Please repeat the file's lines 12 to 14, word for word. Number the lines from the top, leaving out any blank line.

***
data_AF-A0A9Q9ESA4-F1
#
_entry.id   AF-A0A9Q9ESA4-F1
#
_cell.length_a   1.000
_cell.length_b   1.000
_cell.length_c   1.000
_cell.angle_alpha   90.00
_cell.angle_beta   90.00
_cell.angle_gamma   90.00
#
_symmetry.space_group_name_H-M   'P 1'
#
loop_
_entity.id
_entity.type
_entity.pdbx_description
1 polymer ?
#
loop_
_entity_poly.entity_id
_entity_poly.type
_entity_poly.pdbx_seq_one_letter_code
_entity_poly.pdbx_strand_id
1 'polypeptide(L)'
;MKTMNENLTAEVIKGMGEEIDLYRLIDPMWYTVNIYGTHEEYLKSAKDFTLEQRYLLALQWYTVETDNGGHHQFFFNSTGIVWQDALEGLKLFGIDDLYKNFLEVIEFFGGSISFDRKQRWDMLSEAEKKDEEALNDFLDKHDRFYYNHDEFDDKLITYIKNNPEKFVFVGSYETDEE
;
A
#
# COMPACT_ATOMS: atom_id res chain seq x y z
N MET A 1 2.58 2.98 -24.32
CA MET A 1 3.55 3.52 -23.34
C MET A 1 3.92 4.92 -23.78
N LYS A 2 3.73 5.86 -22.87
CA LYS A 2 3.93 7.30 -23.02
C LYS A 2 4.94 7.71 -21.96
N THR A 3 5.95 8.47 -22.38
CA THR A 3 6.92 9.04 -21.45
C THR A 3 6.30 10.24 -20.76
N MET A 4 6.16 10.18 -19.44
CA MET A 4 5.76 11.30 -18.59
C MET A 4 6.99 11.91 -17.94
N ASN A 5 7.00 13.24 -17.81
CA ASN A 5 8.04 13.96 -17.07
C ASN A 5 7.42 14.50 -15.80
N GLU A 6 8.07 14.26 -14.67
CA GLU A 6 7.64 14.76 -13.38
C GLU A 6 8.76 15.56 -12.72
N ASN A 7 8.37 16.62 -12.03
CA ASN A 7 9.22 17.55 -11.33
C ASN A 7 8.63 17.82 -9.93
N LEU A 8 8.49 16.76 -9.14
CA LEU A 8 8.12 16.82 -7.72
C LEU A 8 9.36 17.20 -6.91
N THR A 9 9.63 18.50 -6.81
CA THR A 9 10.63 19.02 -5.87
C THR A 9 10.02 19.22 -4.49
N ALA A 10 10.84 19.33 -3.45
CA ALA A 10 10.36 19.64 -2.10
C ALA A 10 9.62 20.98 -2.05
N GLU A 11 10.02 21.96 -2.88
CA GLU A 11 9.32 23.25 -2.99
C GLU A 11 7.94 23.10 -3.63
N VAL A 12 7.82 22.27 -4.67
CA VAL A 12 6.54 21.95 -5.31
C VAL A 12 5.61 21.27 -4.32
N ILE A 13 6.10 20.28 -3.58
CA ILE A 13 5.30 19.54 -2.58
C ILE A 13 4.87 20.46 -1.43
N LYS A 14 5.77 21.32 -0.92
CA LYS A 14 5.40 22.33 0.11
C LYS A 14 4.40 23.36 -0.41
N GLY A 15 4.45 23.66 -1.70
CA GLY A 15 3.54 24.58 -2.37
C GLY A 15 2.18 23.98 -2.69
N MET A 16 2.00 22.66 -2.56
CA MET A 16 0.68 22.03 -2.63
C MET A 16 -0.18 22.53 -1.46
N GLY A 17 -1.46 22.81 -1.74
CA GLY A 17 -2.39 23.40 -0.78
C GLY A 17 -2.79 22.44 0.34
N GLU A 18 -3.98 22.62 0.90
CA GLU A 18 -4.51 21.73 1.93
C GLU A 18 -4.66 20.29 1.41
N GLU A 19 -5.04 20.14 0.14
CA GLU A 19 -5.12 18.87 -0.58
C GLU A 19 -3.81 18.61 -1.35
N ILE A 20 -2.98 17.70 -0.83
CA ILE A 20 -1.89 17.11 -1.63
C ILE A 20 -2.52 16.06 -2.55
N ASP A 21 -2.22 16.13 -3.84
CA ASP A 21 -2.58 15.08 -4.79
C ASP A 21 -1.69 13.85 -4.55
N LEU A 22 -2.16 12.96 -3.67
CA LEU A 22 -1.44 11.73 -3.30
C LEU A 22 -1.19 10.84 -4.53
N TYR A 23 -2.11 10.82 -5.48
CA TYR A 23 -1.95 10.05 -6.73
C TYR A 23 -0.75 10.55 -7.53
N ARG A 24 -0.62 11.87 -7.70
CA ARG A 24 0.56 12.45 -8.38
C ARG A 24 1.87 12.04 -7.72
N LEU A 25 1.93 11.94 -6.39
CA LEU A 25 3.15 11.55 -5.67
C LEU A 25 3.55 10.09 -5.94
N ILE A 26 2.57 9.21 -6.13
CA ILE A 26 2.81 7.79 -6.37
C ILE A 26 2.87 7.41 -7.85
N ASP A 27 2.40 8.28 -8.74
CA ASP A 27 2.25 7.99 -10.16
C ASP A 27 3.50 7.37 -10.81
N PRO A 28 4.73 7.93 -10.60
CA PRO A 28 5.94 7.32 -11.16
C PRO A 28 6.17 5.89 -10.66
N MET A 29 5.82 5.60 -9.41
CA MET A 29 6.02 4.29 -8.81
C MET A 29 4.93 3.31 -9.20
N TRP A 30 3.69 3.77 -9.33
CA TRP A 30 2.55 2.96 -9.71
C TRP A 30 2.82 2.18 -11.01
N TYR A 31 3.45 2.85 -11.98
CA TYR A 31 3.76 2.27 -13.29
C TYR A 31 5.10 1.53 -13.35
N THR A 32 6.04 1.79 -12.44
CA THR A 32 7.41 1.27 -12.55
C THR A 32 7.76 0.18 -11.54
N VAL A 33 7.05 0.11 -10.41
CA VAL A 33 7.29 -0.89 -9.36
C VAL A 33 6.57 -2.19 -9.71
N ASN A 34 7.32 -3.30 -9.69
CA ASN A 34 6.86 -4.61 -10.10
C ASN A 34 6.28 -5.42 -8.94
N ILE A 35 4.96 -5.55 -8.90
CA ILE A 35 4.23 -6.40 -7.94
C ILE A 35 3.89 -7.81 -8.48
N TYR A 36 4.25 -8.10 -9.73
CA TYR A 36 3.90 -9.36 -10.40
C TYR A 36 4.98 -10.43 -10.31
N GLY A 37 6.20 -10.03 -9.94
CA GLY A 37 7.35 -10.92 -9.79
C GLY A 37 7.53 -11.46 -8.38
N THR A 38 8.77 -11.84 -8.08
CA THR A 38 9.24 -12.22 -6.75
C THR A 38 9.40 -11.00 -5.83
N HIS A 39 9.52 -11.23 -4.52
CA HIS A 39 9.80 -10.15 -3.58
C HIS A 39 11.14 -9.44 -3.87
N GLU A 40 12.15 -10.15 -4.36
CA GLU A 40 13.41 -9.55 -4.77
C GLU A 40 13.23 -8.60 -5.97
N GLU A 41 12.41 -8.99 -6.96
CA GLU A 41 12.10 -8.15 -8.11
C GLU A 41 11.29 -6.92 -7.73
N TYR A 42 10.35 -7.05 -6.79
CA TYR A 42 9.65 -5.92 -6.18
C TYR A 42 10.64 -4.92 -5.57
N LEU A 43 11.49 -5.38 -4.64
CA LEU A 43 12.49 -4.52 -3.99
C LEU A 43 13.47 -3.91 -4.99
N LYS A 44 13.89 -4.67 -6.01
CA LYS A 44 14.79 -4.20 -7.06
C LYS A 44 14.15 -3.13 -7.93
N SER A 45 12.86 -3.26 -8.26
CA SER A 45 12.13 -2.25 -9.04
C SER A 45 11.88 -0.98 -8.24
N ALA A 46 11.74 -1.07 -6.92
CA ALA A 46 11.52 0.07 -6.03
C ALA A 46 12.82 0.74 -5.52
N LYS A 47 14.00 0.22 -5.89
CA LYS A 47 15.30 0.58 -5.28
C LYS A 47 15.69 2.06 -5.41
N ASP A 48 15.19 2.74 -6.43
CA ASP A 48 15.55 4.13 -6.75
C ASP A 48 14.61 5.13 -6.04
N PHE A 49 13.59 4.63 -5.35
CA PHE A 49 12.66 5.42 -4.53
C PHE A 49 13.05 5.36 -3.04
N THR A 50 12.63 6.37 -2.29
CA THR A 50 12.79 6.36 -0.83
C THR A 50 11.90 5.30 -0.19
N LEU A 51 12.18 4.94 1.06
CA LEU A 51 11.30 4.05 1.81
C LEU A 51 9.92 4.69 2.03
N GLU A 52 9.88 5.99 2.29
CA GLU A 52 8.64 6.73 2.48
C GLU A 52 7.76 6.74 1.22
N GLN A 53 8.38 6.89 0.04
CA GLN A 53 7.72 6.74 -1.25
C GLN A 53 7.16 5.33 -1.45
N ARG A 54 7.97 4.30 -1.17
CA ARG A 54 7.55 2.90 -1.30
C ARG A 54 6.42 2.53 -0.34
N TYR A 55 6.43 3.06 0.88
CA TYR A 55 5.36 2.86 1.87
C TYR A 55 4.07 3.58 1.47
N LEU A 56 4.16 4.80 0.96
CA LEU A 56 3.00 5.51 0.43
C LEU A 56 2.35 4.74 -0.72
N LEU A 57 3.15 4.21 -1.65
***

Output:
_symmetry.space_group_name_H-M   'P 1'
#
loop_